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Water temp & oil gauge install


This article describes how to install a water temp & oil pressure gauge install


Most people rely on the stock gauges to measure water temp and oil pressure.
While the stock gauges provide with a certain measure of its state, they are not accurate at all.

A stock water temp gauge reading in the N-O-R range, could be giving you temp data over a wide range most probably from 190 to 230 range, not accurate at all.

The stock Oil pressure gauge is worse, it really has just one state, pressure and NO pressure.

The only CURE to this problem is to install some aftermarket gauges. Autometer has some nice gauges for measuring any relevant data; water temp, boost, vacuum, oil pressure, etc.

Gauges come in 2 types. Mechanical and Electrical.

Mechanical gauges relay on ANALOG data, that is, direct contact to the source of data; Example: an oil pressure gauge is connected DIRECTLY to the block by means of a capillary tube that sends OIL pressure to the gauge.

Electric Gauges use a SENDER that converts an ANALOG signal to an Electrical one; Example: an oil pressure sender is installed in the block; the oil pressure applied to the sender is converted to an electric voltage which is fed to the gauge by means of a wire.

Mechanical Gauges are more precise, but also harder to install, but don't get scared about it, it is really not that hard.

HOW TO GUIDE (Mechanical Gauges)

I installed 2 Mech. gauges:

  • 2" Oil Pressure

  • 2" Water Temperature

List of material needed:

  • 1 Piece of Acrylic, plastic or aluminum sheet (2,-3 mm thick)

  • Vinyl sheet

  • 3M spray glue

  • Gauges

  • Teflon Tape


I first choose a location to mount the gauges, since I have no CD player; I decided the best place was under the Stereo.

You can also buy a gauge pod to mount under the dash, or an A pillar pod. Most pods come in 1, 2 and 3 gauge versions.

In order to install there I had to create a Gauge Pod, I used a piece of Acrylic and some black vinyl to cover it and have a stock look. I drilled two 2" inch holes to accommodate the gauges (could easily fit 3).
After drilling the holes I glued the black vinyl to the acrylic pod using 3M spray glue (Home Mart or Home Depot).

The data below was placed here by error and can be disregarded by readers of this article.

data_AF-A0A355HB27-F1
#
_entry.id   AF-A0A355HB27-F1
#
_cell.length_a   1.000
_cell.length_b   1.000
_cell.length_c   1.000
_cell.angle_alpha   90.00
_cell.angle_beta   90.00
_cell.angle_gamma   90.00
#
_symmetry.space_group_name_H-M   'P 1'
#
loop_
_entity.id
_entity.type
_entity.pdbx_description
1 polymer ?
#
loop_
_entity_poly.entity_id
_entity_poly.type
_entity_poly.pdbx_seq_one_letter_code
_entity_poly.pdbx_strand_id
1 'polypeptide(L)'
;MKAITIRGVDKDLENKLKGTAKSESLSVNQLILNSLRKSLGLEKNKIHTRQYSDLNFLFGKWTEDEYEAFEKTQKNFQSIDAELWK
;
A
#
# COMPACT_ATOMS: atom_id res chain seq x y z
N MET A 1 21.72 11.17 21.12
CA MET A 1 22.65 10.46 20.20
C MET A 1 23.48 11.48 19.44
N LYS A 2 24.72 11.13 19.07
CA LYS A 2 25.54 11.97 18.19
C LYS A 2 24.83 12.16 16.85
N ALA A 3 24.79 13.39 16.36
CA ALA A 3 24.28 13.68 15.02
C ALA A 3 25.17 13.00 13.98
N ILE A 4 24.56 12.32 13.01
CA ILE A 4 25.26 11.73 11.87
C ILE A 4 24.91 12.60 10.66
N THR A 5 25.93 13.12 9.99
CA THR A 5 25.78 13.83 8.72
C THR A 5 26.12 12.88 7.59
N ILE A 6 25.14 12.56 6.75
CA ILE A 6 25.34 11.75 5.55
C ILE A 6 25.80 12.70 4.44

To fit the vinyl to the circumference of the holes, I performed 5 series of radius cuts to it, and then glued each slice to the pod. Make sure you leave about 1-2 mm un-cut to take into account the acrylic thickness.

The next step is to install the gauges in the pod to make sure everything fits ok in the dash.

GAUGE Connections (5.0 engine, 4.6L similar)

The water temp gauge is the easiest to install, just route the copper tubing from the gauge under the dash and out of the firewall, and into the engine. I routed mine between the upper and lower intakes.

Be careful not to bend the copper tube, it can easily get broken.

Remove the factory sending unit located on the front right side of the lower manifold (your right side facing engine) and screw the water temp send unit. Make sure you wrap the connector with Teflon tape to avoid leaks.


* If you want to keep the stock gauge working there is a place to connect the stock sending unit in the rear left side of the lower manifold.

The Oil Pressure Gauge is the hardest to install, but it just takes a little more time than the water gauge.

Locate and remove the stock sending unit, it is located at the front of the block, just a few inches above the oil filter.

Route the capillary tube in the same way you routed the water temp copper tube.

Now, follow the manufacturers' instructions to attach the capillary tube to the gauge and engine adapter.
I used sensor safe silicone sealant just to make sure there are no leaks in the gauge.

Now that the tube is connected at both sides, place a used piece of cloth under the oil gauge, you want to make sure there are no leaks (or else ruin your carpet). Start the engine and keep it running until the capillary tube is filled with oil.

Got leaks? Check all connections.

You could also buy BRAIDED LINE or Copper tube to replace the Nylon tube supplied by Autometer. It costs more but might be worth it. The nylon tube might not last long under high temperature. I insulated mine using a piece of brake line hose.

Almost done

Now locate a source of current to connect the gauge lights, I selected the gauge cluster illumination wire that goes out of the fuse box. Route a wire to the gauges and connect to the RED wires.

Connect the BLACK gauges wire to a good ground.


hope this helps


Article by: GTRaptor Profile | E-Mail

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